14 Replies Latest reply: Dec 3, 2019 4:19 AM by Daniel RSS

    Inter-Vlan Communication

    Damij

      Hi all, I passed my CCENT in May and I just passed my CCNA October.

       

      I know that there are 3 ways to achieve this

      -Router with different interface

      -Router with a single interface

      -Layer 3 Switch

      My question is on Router -with different interfaces.

       

      I cannot seem to see a trunk connection anywhere in the configuration for  a router with different interface and i know the trunk connection carries tagged frames which includes the vlan id in the header

      Can i safely say that Access and trunk ports do the same job then since they can both carry vlan information across ;

      where access port passes its own vlan info to the router and the trunk passes its own to both switches and routers using dot1q on the router

        • 1. Re: Inter-Vlan Communication
          Ing_Percy

          Hi!

           

          In router with different interfaces, each interface of router will correspond to each vlan, as you can see in the picture

          intervlan-1.png

          The ports in the switch is configured in access mode

           

          Check: https://www.freeccnastudyguide.com/study-guides/ccna/ch7/7-6-inter-vlan-routing/

           

          Regards!

          • 2. Re: Inter-Vlan Communication
            Steven Davidson

            An access port doesn't carry VLAN information normally.  An access port would send untagged frames to the far end.  When a router doesn't use sub-interfaces connected to trunk ports then the switch port configuration on the other end is access mode and the switch is sending untagged frames to each of the router's interfaces.

            • 3. Re: Inter-Vlan Communication
              l00pback

              If you want your router to tag the frames with a Vlan then you need to configure sub interface with the corresponding Vlan ID under the physical interface.

              • 4. Re: Inter-Vlan Communication
                Damij

                Thank you Percy for the attempt to answer, I totally understand the trunk and access port concept,

                My point is we cannot say that trunk port ALONE carry vlan info(tagged) as i have been made to believe in the past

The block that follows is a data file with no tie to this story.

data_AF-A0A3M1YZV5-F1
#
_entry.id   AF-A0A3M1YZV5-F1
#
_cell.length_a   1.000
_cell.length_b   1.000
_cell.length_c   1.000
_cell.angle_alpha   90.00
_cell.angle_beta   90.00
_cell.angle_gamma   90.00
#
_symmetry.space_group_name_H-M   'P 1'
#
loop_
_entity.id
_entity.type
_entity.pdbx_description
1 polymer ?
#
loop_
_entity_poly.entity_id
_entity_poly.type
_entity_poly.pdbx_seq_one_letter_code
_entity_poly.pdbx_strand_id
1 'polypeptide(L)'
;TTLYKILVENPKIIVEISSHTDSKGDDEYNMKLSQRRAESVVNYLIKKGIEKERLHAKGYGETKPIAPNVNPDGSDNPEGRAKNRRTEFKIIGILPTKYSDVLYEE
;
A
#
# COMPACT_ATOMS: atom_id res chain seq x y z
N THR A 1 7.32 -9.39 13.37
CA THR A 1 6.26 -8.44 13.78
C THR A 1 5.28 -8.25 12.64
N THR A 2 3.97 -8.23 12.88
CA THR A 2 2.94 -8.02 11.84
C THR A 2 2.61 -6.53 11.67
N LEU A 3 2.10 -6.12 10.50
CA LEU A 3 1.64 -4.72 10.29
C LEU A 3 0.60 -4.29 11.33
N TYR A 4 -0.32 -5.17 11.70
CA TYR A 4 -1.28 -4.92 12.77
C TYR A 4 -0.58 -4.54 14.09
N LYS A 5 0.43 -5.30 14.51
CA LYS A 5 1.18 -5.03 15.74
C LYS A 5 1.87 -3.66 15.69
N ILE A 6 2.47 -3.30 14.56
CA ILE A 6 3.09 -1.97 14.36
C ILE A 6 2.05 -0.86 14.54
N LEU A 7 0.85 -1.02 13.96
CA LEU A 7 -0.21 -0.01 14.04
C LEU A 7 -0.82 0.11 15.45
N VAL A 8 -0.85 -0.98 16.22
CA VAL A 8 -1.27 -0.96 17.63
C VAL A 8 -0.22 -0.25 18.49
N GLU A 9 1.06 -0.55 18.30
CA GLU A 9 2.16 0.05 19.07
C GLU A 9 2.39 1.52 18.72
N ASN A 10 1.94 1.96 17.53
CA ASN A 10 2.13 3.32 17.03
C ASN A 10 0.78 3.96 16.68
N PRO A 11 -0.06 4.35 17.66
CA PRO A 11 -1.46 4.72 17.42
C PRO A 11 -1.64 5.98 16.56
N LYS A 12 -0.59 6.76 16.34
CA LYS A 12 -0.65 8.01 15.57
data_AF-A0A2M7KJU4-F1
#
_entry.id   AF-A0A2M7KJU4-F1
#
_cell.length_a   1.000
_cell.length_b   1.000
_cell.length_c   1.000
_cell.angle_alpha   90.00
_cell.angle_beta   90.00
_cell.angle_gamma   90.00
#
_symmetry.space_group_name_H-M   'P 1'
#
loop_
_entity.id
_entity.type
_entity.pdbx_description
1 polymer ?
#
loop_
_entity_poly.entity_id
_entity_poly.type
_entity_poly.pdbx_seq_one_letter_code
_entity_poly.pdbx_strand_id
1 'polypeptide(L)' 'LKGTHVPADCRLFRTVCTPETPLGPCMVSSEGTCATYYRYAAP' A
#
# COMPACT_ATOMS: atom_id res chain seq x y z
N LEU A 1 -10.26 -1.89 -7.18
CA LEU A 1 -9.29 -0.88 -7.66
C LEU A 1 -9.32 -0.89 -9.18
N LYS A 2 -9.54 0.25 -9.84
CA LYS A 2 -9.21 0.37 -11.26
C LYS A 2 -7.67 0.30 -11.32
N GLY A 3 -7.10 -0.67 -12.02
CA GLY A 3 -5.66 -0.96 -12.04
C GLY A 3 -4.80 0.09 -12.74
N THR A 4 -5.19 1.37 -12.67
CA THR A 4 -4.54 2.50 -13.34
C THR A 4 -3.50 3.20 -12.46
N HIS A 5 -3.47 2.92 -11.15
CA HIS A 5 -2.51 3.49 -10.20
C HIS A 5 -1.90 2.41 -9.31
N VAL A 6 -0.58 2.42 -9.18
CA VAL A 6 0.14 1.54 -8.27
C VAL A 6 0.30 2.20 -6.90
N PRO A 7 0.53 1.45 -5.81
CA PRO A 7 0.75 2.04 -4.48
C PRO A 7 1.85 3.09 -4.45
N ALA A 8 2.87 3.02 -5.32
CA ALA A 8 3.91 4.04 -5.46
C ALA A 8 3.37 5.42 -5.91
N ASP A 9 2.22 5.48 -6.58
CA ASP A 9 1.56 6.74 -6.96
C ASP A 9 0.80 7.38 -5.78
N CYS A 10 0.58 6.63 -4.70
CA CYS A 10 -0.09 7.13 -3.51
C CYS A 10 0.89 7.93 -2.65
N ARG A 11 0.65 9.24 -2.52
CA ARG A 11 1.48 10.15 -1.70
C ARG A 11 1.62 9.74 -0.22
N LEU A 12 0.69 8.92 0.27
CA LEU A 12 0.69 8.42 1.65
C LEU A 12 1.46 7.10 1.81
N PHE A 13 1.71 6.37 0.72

Access port too carry vlan info because when it is connected to router with multiple interface representing multiple vlans, then the vlan information is NOT going through a trunk port and but going through an access port on the switch connected to an interface on the router and the vlan information transverse the network.

                Simple put, VLAN information can go through other sources and NOT just trunk port. Will this my position be correct ?

                • 5. Re: Inter-Vlan Communication
                  Damij

                  Thank you Steven for the attempt to answer, I totally understand the trunk and access port concept,

                  My point is we cannot say that trunk port ALONE carry vlan info(tagged) as i have been made to believe in the past

                  Access port too carry vlan info becos when it is connected to router with multiple interface representing multiple vlans, then the vlan information is NOT going through a trunk port and but going through an access port on the switch connected to an interface on the router and the vlan information transverse the network.

                  Simple put, VLAN information can go through other sources and NOT just trunk port. Will this my position be correct ?

                  • 6. Re: Inter-Vlan Communication
                    Damij

                    Thank you 100pback for the attempt to answer, I totally understand the trunk and access port concept,

                    My point is we cannot say that trunk port ALONE carry vlan info(tagged) as i have been made to believe in the past